Ashridge Interchange  

The Ship Inn from London Road, with Peach Street to the left

Market Place and Broad Street from Cockpit PathShute End looking northwards, with The Terrace on the right

   "The Ashridge Interchange Movement ('AIM') is a non-party organisation that exists to promote the
   best possible traffic solution for Wokingham for the least overall environmental impact."


Aerial photo of Junction 10, courtesy of




We don't have any detailed plans for the original Ashridge Interchange; if you have any, we would be pleased to scan them. In any event, time has moved on, and the original design probably would be unacceptable. Certainly, the link road proposal was extremely unpopular, because it would have been to dual carriageway standard, 'like a dagger pointing at the heart of Wokingham'.

Junction 10, as viewed from the A321 road bridge. The new slip road would pass under an extended bridge to the rightModern standards for motorway junctions would rule out a separate junction on the A329(M), because it is too close to Junction 10. Indeed, the southbound slip road from the M4 joins the A329(M) within sight of the A321 Twyford Road bridge.


Is there a away out of this dilemma? Junction 10 itself points to a solution, as does the southbound M25 - M4 junction further to the east. The answer is to make tSign on southbound A329(M) showing M4 slip roads - an extra slip would branch off the 'South Wales' slip roadhe 'Wokingham North' slip road leave the A329(M) along with the slip road to the M4 westbound. See the existing motorway sign on the right.

This slip road, shown below, is already subject to a 30 mph speed limit because of the tight turn. An adThe slip road from the A329(M) to the M4 westbound. Traffic for 'Wokingham North' would keep straight on.ditional branch would go straight ahead, to pass either over or under the other slip roads and thence to run parallel to the A329(M).

Traffic from the M4 that is bound for 'Wokingham North' will then branch from the merged slip roads before they join the main A329(M). The new slip road would run parallel to the A329(M), under the A321 Twyford Road, to the new exit, which would be a  conventional gyratory.

Traffic joining the A329(M) northbound will need to flow initially in the wrong direction from the gyratory road, and then loop round in order to provide an adequate distance between this slip road and the M4 westbound exit from the A329(M). This would still be many miles shorter than the alternative, which would be to travel either through Wokingham or along inadequate back roads to reach Coppid Beech, then travel nearly three miles back north-westwards to reach the same point on the A329(M).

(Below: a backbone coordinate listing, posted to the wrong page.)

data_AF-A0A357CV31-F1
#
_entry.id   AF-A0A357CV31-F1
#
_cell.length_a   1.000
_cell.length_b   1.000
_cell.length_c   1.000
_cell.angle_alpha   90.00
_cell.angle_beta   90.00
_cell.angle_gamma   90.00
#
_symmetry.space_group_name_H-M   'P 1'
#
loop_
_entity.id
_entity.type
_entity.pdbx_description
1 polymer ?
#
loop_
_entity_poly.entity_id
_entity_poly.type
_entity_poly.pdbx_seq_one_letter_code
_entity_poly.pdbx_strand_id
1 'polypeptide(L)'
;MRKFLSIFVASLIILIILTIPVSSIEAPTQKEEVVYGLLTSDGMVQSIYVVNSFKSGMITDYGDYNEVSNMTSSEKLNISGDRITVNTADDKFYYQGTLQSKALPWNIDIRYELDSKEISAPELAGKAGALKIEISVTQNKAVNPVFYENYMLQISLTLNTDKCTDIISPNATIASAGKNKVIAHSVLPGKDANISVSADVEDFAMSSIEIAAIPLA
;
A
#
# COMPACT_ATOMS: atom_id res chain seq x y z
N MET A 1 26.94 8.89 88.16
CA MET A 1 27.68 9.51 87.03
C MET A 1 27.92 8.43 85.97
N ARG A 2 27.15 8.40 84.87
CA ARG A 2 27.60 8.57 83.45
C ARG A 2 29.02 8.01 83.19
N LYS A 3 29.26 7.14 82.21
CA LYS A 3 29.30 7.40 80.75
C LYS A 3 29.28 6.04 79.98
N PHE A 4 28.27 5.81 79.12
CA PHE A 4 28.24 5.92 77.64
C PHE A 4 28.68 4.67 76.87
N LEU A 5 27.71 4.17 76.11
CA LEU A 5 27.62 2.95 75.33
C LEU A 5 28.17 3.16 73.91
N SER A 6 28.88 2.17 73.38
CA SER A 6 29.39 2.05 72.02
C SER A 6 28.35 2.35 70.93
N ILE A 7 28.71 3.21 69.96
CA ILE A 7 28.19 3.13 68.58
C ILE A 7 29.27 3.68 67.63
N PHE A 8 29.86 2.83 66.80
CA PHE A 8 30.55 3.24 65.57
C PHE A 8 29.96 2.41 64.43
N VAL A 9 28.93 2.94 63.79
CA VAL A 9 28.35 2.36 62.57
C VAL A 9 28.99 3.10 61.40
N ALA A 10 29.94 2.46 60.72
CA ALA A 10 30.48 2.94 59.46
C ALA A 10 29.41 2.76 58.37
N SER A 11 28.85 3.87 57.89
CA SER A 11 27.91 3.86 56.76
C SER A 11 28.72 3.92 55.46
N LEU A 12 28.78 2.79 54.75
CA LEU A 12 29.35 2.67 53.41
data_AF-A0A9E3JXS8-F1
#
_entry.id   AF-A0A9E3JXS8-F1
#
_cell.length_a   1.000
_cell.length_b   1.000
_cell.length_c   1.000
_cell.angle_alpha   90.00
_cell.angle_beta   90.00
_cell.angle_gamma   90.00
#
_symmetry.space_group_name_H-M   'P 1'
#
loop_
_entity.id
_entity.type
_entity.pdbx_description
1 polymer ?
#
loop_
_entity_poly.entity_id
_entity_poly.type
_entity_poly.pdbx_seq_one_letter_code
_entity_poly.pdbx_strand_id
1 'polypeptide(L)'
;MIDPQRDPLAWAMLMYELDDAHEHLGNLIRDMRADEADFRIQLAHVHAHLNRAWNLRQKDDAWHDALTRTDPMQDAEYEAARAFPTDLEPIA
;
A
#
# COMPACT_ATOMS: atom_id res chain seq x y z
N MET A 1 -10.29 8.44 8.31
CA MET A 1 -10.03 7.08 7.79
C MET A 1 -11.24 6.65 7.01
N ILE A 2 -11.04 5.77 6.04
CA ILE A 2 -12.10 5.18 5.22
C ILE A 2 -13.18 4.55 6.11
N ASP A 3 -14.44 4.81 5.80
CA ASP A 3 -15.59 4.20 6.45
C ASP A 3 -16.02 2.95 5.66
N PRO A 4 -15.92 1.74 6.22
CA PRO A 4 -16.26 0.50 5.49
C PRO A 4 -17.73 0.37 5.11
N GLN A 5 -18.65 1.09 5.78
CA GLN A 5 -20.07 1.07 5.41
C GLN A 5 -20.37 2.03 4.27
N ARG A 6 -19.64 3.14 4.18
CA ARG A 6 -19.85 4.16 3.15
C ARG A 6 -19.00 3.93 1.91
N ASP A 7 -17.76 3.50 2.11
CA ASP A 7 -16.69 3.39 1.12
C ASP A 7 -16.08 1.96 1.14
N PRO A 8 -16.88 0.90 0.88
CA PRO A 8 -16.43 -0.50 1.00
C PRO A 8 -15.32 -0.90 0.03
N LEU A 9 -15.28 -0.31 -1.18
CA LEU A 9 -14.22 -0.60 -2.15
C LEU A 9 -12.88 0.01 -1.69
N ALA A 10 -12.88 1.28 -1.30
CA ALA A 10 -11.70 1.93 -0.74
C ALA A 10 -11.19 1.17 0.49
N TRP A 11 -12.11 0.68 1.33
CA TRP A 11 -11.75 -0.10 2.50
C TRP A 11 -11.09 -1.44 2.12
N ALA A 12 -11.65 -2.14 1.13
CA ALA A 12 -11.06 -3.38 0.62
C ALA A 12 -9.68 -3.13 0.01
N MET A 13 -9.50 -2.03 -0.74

Possible arrangement of Ashridge Interchange in yellow. Note the loop-back for M4-bound traffic.










Image produced from the Ordnance Survey Get-a-map service. Image reproduced with kind permission of Ordnance Survey and Ordnance Survey of Northern Ireland.

Bell Foundry Lane will need to be upgraded to cope with local traffic, but the vast majority of drivers would be heading for the Reading Road, using the tunnel link suggested elsewhere Reading Road immediately to the south of Beeches Manor and the site of the Station Link Road junctionon this web site.

The tunnel would emerge at the old 'Beeches Manor' on the Reading Road, immediately opposite the proposed Station Link Road.

Thus, motorists planning to avoid central Wokingham will not have to pass Shute End, one of the worst points locally in terms of air quality.



Note: The Central Berkshire Transportation Study of 1996 gave some inconsistent information. It costed a simple diamond-shaped junction with the A321 at only 2 million, but admitted that this design would be impossible to build. An unpublished Briefing Note showed a more complex layout that would have been much further to the east, and would require extensive earth-moving at the existing cutting, as shown here:

Possible layout taken from Briefing Note for CBTS Steering Group










Image produced from the Ordnance Survey Get-a-map service. Image reproduced with kind permission of Ordnance Survey and Ordnance Survey of Northern Ireland.



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